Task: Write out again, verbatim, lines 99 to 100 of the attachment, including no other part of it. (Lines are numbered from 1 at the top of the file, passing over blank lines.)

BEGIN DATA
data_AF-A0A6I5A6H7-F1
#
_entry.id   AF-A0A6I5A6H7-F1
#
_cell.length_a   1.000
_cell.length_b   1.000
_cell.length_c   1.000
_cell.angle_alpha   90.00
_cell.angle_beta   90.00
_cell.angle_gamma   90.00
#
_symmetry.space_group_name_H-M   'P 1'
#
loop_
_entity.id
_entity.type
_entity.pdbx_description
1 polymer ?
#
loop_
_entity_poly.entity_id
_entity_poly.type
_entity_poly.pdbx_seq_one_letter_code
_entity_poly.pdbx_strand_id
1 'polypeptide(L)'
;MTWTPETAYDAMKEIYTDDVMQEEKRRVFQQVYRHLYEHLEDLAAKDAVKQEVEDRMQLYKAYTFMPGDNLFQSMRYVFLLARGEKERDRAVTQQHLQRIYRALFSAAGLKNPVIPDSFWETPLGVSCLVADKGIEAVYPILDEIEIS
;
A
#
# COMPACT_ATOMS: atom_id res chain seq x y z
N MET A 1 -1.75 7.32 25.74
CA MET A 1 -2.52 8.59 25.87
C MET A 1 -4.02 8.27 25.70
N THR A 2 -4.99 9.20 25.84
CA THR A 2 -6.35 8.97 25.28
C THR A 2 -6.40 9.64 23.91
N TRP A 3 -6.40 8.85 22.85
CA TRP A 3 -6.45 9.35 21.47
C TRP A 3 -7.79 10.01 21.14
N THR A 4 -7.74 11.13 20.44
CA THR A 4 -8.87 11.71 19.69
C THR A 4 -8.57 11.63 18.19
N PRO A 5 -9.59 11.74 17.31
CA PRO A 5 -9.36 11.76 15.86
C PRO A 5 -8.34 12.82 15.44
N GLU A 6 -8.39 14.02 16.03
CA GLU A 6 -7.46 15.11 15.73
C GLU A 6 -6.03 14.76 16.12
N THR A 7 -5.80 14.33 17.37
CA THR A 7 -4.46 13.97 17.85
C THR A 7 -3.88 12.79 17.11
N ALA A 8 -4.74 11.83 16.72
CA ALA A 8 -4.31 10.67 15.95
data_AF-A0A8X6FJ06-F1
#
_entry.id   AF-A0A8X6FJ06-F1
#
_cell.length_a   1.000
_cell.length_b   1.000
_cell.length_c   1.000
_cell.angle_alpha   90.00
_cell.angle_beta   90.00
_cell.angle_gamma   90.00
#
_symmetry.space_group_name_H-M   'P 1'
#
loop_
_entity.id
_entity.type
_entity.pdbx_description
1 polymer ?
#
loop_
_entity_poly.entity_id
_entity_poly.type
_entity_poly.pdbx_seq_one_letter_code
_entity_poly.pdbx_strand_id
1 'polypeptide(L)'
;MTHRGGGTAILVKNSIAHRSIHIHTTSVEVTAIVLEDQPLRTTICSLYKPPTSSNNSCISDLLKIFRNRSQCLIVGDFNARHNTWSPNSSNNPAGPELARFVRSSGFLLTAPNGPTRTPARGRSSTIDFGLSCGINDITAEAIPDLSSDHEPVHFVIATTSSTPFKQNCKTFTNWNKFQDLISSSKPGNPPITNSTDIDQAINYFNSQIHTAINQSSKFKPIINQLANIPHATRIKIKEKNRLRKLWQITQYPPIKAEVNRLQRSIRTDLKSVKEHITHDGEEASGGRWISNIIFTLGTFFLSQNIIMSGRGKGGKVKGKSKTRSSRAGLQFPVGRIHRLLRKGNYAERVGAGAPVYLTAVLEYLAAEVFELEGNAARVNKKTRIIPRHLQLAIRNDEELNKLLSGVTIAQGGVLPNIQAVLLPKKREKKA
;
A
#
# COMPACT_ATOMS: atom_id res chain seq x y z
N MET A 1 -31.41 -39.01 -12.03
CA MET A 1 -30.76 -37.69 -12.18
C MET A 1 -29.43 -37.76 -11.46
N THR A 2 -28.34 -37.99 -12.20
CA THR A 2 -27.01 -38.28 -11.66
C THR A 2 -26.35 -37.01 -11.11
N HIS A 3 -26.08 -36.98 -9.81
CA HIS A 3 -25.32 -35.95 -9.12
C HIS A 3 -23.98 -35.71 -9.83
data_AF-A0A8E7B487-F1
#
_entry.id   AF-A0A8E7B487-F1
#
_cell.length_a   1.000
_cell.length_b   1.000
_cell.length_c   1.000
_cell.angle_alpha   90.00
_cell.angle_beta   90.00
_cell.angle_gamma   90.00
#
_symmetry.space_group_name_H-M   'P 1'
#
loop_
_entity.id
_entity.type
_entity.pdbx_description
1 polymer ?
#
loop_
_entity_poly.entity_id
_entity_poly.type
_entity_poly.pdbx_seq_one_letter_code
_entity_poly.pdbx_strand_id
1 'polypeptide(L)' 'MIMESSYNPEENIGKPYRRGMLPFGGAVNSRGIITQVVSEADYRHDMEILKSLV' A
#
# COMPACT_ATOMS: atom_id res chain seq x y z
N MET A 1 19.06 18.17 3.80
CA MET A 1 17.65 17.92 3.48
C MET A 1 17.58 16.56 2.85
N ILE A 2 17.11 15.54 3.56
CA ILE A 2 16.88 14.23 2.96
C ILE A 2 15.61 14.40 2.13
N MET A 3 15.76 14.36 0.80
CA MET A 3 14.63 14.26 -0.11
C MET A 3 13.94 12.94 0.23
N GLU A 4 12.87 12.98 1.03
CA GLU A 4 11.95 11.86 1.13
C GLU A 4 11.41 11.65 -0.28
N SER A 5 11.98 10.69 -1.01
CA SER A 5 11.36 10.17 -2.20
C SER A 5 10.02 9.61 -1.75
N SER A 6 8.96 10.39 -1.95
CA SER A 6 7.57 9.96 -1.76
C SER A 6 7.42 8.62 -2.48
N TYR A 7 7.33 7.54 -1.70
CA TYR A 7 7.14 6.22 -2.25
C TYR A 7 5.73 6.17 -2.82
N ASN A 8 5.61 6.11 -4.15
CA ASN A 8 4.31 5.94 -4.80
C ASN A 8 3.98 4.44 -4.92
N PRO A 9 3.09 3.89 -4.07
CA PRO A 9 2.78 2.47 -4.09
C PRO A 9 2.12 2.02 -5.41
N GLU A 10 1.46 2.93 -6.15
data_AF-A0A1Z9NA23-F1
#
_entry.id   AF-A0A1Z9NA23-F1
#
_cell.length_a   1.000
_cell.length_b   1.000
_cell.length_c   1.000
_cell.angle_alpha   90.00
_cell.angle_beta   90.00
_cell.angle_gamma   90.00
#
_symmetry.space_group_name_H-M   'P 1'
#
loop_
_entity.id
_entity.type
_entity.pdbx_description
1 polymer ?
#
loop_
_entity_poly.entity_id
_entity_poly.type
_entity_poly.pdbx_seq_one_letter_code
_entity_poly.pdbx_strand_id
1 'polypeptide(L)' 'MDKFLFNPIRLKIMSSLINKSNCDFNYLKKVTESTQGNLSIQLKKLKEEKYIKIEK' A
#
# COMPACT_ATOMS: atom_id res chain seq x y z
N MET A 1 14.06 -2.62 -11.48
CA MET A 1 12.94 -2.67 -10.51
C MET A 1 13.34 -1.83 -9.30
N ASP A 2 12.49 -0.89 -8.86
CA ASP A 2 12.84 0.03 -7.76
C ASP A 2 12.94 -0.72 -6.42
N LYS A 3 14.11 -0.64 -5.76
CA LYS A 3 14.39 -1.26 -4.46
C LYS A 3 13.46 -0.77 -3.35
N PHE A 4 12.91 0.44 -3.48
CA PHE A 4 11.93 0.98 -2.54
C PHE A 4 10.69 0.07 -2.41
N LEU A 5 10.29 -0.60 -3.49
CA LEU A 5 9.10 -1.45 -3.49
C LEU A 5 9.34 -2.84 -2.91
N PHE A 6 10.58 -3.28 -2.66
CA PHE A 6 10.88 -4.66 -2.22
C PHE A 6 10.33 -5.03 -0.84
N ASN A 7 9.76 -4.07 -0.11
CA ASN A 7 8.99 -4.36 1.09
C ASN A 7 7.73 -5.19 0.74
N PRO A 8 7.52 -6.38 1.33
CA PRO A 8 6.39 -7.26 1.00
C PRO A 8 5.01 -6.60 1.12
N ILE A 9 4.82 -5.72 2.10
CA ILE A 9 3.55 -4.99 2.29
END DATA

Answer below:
_cell.length_c   1.000
_cell.angle_alpha   90.00